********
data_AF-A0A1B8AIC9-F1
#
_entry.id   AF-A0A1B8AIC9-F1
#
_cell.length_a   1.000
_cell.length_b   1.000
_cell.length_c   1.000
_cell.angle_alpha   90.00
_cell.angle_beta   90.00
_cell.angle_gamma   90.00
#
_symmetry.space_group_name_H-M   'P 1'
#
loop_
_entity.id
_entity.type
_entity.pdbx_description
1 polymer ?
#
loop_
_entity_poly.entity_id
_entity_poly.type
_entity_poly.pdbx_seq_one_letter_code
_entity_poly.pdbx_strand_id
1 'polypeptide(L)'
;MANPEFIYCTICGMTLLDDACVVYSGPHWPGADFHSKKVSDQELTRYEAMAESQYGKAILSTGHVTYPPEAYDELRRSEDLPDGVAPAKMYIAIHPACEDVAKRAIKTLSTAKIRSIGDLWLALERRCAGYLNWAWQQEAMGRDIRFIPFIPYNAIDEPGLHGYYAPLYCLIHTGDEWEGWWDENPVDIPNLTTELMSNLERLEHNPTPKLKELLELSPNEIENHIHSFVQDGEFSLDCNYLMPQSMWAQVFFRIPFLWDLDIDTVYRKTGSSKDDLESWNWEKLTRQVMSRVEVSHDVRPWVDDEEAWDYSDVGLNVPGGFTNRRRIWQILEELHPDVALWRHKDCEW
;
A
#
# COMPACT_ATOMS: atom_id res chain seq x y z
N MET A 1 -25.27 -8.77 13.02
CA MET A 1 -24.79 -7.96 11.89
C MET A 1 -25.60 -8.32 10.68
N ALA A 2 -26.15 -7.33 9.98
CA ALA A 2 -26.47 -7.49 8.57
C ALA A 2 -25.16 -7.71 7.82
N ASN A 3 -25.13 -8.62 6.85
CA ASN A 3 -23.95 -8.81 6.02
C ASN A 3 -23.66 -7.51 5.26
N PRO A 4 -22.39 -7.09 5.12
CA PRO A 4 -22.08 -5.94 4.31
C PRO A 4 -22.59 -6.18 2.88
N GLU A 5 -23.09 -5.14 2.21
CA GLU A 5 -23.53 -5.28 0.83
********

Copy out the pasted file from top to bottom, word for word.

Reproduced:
data_AF-A0A1B8AIC9-F1
#
_entry.id   AF-A0A1B8AIC9-F1
#
_cell.length_a   1.000
_cell.length_b   1.000
_cell.length_c   1.000
_cell.angle_alpha   90.00
_cell.angle_beta   90.00
_cell.angle_gamma   90.00
#
_symmetry.space_group_name_H-M   'P 1'
#
loop_
_entity.id
_entity.type
_entity.pdbx_description
1 polymer ?
#
loop_
_entity_poly.entity_id
_entity_poly.type
_entity_poly.pdbx_seq_one_letter_code
_entity_poly.pdbx_strand_id
1 'polypeptide(L)'
;MANPEFIYCTICGMTLLDDACVVYSGPHWPGADFHSKKVSDQELTRYEAMAESQYGKAILSTGHVTYPPEAYDELRRSEDLPDGVAPAKMYIAIHPACEDVAKRAIKTLSTAKIRSIGDLWLALERRCAGYLNWAWQQEAMGRDIRFIPFIPYNAIDEPGLHGYYAPLYCLIHTGDEWEGWWDENPVDIPNLTTELMSNLERLEHNPTPKLKELLELSPNEIENHIHSFVQDGEFSLDCNYLMPQSMWAQVFFRIPFLWDLDIDTVYRKTGSSKDDLESWNWEKLTRQVMSRVEVSHDVRPWVDDEEAWDYSDVGLNVPGGFTNRRRIWQILEELHPDVALWRHKDCEW
;
A
#
# COMPACT_ATOMS: atom_id res chain seq x y z
N MET A 1 -25.27 -8.77 13.02
CA MET A 1 -24.79 -7.96 11.89
C MET A 1 -25.60 -8.32 10.68
N ALA A 2 -26.15 -7.33 9.98
CA ALA A 2 -26.47 -7.49 8.57
C ALA A 2 -25.16 -7.71 7.82
N ASN A 3 -25.13 -8.62 6.85
CA ASN A 3 -23.95 -8.81 6.02
C ASN A 3 -23.66 -7.51 5.26
N PRO A 4 -22.39 -7.09 5.12
CA PRO A 4 -22.08 -5.94 4.31
C PRO A 4 -22.59 -6.18 2.88
N GLU A 5 -23.09 -5.14 2.21
CA GLU A 5 -23.53 -5.28 0.83